The study identifies best practices for where to start with a mobile travel strategy and next steps enabling travel professionals to better serve their travelers and the management of their programs.

Where to Start?

  • Determine what you would like to accomplish if you had an overall mobile travel strategy
  • Identify which tools or processes are already in use
  • Identify who owns the mobile policy and which departments are involved in decision making
  • Review mobile policy to know what is allowed and know what the limitations are

Next Steps:

  • Begin by conferring with departments in your organization that own/are involved in the mobile policy decision and execution
  • Create a suite of recommended apps
  • Include clear guidance in your travel policy of mobile app use for travel purposes
  • Have a means to provide fairly instant 2-way communication with your travelers
  • Measure traveler experience and savings
  • Stay current

For more details on how to accomplish this and create a mobile strategy that works for your travel program, download the full study here.

Most organizations already have the technology in place and the willingness from travelers to embrace it. The missing piece is developing a strategy that takes into account the organization’s culture and the traveler’s needs, as well as the organization’s goals. Measuring the success and keeping communication open with travelers and decision makers alike will help travel professionals move forward with their mobile strategy in today’s digital world.

Experts from CWT and the GBTA Foundation will discuss the study’s findings in greater detail on September 8 at 2pm ET. Register today.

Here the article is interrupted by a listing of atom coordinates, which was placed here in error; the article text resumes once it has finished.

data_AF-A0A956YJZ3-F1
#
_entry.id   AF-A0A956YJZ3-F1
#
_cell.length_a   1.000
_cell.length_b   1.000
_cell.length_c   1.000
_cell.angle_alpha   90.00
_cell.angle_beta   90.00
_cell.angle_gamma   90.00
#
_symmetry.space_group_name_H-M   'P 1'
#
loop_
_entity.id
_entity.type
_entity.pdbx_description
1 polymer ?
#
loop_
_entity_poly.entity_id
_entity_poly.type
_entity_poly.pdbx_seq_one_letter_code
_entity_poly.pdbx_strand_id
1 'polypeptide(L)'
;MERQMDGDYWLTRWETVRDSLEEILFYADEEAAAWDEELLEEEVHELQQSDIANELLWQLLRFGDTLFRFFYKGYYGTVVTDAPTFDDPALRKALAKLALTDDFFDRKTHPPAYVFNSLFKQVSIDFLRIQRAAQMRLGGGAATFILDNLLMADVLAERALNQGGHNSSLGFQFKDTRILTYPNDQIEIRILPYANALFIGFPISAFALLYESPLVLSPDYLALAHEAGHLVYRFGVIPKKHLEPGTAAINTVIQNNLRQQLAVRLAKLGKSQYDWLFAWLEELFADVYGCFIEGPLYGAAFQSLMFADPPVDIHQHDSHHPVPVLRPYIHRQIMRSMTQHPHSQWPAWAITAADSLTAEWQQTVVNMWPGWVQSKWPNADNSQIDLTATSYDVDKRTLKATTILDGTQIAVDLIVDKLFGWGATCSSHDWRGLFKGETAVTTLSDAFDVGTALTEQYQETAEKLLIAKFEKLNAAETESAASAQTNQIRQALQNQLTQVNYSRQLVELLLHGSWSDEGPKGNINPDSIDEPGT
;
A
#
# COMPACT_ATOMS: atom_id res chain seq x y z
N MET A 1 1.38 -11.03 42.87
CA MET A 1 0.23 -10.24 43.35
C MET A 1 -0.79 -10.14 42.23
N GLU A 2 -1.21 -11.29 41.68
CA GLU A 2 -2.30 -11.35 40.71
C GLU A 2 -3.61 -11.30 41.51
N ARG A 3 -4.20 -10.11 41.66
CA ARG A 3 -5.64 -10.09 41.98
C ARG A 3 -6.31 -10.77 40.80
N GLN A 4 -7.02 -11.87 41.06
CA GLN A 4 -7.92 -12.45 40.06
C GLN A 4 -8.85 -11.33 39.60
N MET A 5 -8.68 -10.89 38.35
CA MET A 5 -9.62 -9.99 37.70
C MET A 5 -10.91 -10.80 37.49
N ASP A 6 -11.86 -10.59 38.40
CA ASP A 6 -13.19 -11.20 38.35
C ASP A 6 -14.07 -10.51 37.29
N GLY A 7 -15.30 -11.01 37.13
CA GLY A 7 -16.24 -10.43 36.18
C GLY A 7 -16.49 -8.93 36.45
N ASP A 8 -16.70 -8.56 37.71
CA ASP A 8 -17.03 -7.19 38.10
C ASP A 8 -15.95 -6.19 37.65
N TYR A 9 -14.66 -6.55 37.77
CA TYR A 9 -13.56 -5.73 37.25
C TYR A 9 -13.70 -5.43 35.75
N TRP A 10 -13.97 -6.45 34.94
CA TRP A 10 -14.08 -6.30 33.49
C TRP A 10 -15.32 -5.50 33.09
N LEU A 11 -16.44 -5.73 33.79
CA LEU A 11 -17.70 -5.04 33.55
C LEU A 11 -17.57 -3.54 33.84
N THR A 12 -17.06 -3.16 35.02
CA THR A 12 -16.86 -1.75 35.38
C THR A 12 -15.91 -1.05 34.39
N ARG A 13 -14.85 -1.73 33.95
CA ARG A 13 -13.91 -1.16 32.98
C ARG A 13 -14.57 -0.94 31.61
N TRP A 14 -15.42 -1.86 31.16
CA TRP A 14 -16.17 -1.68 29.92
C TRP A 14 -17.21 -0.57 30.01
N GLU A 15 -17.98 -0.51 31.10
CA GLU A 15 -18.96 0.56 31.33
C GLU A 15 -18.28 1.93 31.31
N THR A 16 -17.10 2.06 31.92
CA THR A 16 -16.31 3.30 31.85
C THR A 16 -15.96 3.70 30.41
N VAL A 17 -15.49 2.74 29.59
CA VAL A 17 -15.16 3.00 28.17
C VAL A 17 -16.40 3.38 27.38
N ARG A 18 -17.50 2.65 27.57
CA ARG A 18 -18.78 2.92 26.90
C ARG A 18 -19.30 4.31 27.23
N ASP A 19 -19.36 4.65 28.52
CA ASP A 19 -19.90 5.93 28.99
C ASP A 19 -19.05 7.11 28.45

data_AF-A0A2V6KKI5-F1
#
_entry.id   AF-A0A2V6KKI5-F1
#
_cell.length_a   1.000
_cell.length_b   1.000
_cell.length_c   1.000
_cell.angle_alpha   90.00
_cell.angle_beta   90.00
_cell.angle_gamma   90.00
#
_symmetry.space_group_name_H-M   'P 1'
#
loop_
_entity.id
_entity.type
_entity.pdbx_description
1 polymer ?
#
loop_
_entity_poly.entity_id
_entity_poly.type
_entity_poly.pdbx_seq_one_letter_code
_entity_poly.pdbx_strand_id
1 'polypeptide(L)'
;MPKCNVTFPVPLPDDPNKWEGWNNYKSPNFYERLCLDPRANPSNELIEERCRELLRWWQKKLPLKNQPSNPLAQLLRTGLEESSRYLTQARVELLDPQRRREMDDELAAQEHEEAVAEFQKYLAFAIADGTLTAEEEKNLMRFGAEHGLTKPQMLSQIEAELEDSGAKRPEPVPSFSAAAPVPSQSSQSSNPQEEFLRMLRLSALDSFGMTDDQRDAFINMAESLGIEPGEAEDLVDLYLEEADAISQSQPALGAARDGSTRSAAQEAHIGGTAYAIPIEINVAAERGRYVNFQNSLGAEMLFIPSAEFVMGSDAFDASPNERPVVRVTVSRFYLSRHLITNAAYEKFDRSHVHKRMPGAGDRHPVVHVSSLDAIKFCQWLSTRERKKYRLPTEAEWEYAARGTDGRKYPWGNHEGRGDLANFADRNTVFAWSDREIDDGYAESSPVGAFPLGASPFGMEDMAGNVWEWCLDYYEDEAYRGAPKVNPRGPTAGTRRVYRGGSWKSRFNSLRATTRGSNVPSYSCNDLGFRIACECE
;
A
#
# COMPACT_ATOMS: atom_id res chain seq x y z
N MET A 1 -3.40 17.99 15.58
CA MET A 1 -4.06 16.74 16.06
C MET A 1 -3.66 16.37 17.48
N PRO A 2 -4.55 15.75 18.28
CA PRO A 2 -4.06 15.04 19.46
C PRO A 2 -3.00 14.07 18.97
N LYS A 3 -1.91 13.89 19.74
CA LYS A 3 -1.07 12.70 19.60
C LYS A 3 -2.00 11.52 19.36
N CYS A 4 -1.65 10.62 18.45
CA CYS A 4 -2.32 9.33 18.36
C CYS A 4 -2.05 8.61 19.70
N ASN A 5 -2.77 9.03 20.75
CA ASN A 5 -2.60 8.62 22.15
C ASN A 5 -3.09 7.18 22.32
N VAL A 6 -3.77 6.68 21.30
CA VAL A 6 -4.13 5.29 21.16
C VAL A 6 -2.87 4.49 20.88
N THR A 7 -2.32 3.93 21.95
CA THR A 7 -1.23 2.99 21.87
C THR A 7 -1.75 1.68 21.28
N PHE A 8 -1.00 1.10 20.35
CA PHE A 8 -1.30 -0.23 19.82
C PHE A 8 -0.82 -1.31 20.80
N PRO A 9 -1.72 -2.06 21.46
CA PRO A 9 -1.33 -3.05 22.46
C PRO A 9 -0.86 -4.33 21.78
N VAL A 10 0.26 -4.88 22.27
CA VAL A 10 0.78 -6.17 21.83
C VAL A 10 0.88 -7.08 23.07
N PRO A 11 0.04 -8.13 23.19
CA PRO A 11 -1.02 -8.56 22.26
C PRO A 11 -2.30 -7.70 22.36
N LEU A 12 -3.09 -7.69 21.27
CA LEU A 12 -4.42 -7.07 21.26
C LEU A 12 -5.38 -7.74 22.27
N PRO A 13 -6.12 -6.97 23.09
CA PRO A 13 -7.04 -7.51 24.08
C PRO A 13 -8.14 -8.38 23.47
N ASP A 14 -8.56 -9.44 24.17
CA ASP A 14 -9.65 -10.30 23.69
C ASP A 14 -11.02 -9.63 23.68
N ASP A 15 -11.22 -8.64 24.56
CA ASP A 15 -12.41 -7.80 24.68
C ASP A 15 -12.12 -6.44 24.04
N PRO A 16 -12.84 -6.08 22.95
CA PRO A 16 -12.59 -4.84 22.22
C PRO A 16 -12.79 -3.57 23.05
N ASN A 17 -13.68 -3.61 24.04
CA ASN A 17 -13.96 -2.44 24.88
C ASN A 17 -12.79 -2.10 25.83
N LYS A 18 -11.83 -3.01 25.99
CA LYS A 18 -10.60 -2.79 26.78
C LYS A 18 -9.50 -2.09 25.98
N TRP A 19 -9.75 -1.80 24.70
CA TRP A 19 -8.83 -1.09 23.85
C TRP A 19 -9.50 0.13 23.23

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2 Comments

  • Lukas Kakalejcik
    August 26, 2016 at 1:30 am

    Dear Monica,

    pretty interesting post. I always say that software (like an app) is always only tool in the toolkit until used wisely. Strategy is inevitable in this case, even if hotel decide to stick with mobile app only, they should incorporate the app strategy into the marketing strategy.

    I recently published a post dedicated to the topic, you can find it here: http://blog.roomassistant.com/start-with-mobile-app/

    I am also sharing this article for our readers.

    All the best,

    Lukas Kakalejcik
    RoomAssistant

  • Natasha Kvitka
    August 26, 2016 at 3:00 pm

    It is surprising for such rapidly developing industry as business travel to face the fact of going mobile at a slow pace.
    With the recent researches showing that up to 80% of travel related queries on search engines are going from mobile devices, it is essential to give business traveler ability to reach all the travel program features on all the wide range of mobile devices and platforms. I think, savings will be achieved by timesaving, and convenience of all the functions available from mobile will seriously increase engagement of traveler into program.
    Security problem here is challenging but I think it needs to be considered as a problem to solve, not to set limitations for mobile strategy development.